World Economy

Russia Seeking Financial, Expertise Input

Russia Seeking Financial, Expertise InputRussia Seeking Financial, Expertise Input

Russia’s economy is grappling with trade sanctions, deflated oil prices and difficult international relations—but as a high-level, three-day conference in St Petersburg which concluded Saturday shows, this gateway to 250 million consumers is still up for doing business, and so too are powerful interests in the West.

European Commission president Jean-Claude Juncker, Italian PM Matteo Renzi, UN Secretary-General Ban Ki-moon and former French president Nicolas Sarkozy were among the 7,000 attendees at the St Petersburg International Economic Forum, Yahoo reported.

Entrepreneurship, medium-term macro-economic strategy, Eurasian Economic Union and world energy markets were on the agenda, along with development of market infrastructure, high-tech industries and Russia’s regions.

As the guest list shows, this conference is more than Russian lip-service to economic openness. The country is actively seeking financial and expertise inputs.

Following steady growth averaging 3-5% from 2009 to 2014, Russia hit a recession which reached its nadir in Q2 last year with a 4.5% drop in GDP as the country hit a fiscal ‘perfect storm’ due to negative macro- and micro-economic events.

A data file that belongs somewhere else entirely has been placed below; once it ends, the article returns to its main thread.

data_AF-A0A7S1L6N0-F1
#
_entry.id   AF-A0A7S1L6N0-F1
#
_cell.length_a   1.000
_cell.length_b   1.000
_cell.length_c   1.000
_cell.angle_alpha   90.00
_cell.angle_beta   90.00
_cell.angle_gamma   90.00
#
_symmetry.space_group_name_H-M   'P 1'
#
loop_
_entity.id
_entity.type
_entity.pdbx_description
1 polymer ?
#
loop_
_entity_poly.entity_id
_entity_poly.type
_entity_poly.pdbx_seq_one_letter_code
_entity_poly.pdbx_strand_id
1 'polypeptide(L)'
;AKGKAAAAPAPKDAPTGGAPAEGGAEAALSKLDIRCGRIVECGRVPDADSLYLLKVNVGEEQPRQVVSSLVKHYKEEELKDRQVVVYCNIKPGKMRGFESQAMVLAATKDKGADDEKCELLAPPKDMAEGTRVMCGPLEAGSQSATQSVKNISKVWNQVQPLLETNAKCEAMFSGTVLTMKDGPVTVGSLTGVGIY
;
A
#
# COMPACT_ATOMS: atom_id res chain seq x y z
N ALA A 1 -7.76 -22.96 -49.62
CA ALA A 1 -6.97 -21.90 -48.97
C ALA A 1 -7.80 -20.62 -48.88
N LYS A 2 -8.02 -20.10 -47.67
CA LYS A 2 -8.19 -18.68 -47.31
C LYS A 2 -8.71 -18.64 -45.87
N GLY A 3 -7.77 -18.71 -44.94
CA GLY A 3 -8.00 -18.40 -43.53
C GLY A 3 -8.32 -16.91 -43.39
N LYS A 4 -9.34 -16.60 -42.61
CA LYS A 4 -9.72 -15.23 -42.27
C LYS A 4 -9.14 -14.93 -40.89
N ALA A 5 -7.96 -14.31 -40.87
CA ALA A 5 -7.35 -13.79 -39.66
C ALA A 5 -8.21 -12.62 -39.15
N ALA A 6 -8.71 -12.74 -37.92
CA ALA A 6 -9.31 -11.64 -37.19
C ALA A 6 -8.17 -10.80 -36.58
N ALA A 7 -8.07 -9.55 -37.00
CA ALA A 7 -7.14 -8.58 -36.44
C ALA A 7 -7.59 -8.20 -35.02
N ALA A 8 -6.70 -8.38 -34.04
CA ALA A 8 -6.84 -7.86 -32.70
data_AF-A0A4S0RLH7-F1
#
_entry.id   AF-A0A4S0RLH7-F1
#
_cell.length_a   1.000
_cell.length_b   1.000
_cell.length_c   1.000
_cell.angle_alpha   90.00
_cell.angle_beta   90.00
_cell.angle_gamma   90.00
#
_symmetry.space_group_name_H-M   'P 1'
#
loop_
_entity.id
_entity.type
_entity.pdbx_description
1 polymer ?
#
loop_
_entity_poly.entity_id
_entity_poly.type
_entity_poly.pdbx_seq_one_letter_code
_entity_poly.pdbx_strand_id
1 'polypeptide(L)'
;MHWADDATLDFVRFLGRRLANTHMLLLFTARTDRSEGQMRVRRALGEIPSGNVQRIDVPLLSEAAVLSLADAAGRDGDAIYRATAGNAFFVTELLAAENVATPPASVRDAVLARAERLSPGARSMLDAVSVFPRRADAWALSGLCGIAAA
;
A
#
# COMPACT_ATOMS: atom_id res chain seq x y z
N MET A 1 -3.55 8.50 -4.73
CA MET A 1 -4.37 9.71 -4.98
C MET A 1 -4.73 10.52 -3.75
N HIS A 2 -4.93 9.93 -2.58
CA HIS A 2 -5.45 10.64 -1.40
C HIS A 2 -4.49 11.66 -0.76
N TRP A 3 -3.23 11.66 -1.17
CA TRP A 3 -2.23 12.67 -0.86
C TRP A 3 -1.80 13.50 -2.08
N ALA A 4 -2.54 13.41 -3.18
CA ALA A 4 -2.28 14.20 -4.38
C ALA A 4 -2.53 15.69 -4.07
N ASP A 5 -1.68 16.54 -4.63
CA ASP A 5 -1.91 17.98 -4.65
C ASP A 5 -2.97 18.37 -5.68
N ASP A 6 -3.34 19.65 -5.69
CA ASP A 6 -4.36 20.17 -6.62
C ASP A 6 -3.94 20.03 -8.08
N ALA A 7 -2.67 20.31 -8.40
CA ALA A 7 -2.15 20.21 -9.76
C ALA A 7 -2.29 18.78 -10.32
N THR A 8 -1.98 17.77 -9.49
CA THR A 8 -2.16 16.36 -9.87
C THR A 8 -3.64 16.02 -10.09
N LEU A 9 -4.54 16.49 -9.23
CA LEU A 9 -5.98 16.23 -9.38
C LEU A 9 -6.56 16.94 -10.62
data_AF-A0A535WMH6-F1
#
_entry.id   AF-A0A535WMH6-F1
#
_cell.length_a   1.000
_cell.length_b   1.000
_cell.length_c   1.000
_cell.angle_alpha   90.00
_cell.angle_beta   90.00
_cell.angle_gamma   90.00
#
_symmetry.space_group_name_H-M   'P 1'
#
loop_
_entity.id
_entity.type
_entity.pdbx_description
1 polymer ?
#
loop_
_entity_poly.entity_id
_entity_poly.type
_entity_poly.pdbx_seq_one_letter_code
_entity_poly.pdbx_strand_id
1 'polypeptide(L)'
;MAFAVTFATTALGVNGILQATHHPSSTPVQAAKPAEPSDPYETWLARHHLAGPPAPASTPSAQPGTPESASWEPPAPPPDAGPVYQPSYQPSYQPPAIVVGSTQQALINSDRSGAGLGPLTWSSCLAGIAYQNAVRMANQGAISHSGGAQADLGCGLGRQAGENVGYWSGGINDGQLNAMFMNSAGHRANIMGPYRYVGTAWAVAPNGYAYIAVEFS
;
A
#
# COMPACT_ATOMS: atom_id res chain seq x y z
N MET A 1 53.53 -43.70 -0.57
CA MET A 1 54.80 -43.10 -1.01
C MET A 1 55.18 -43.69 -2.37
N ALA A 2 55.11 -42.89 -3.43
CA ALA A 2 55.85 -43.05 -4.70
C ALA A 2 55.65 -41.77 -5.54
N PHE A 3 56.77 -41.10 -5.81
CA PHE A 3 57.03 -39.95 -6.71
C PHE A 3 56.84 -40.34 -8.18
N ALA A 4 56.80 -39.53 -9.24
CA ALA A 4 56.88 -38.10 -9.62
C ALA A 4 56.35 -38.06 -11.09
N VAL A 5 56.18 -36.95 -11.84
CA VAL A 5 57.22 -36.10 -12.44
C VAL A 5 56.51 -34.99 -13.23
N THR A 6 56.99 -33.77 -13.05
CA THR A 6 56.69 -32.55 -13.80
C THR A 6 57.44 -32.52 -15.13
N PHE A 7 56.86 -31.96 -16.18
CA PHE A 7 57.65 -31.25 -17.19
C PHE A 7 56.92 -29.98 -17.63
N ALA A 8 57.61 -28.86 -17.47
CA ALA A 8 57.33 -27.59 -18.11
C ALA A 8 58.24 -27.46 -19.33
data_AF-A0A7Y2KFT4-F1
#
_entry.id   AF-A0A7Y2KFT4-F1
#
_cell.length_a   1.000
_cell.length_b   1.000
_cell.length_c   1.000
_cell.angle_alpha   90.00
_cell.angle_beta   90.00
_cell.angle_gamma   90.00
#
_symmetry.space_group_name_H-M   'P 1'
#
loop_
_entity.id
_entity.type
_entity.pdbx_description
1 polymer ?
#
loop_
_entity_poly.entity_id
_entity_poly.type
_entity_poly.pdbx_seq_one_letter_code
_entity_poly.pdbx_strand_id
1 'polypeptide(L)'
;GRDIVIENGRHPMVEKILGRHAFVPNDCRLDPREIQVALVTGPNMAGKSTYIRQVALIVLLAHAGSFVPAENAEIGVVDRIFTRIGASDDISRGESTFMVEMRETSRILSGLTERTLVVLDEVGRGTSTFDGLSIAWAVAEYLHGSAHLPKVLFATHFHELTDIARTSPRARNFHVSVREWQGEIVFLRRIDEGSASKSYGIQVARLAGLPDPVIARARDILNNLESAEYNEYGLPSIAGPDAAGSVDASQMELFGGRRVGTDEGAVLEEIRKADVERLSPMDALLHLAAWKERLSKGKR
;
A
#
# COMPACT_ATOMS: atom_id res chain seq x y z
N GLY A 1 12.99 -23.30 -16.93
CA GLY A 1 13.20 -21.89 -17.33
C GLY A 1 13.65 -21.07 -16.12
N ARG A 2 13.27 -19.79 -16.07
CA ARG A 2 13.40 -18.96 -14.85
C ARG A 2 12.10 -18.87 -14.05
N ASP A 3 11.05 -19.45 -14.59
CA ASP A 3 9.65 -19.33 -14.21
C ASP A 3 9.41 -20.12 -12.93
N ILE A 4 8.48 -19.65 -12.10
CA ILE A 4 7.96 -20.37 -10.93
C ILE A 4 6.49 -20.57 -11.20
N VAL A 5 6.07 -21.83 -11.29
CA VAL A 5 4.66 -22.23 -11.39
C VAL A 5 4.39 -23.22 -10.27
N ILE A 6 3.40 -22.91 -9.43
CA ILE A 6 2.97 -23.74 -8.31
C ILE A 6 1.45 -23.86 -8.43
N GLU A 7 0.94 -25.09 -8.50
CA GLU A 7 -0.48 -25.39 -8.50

Predictably, this has had knock-on effects for Irish exports over the past 18 months. Figures for 2015 show a 55% drop compared to 2014.

But things look like stabilizing. President Putin appears serious about further opening up Russia’s 143 million-strong market to imports which will also help access to the 100 million people in the rest of the Commonwealth of Independent States.

“We must react more swiftly to the shifting demands of the market and to the looming transformation of the global technological landscape,” the Russian president said in his welcome message at the SPIEF-2016.

Russia’s energy-driven economy—hit by both the West’s punitive measures and the drop in oil prices—has slumped into the longest recession since Putin came to power some 16 years ago.

Despite claims from officials that the economy could return to limited growth soon, there are serious fears of a prolonged economic stagnation and the authorities are pledging much-needed structural reforms to attract investors.

“We need to change the structure of the economy to make it less dependent on external factors,” Russian Finance Minister Anton Siluanov told journalists.

“The strategic task is to generate higher rates of growth in the economy.”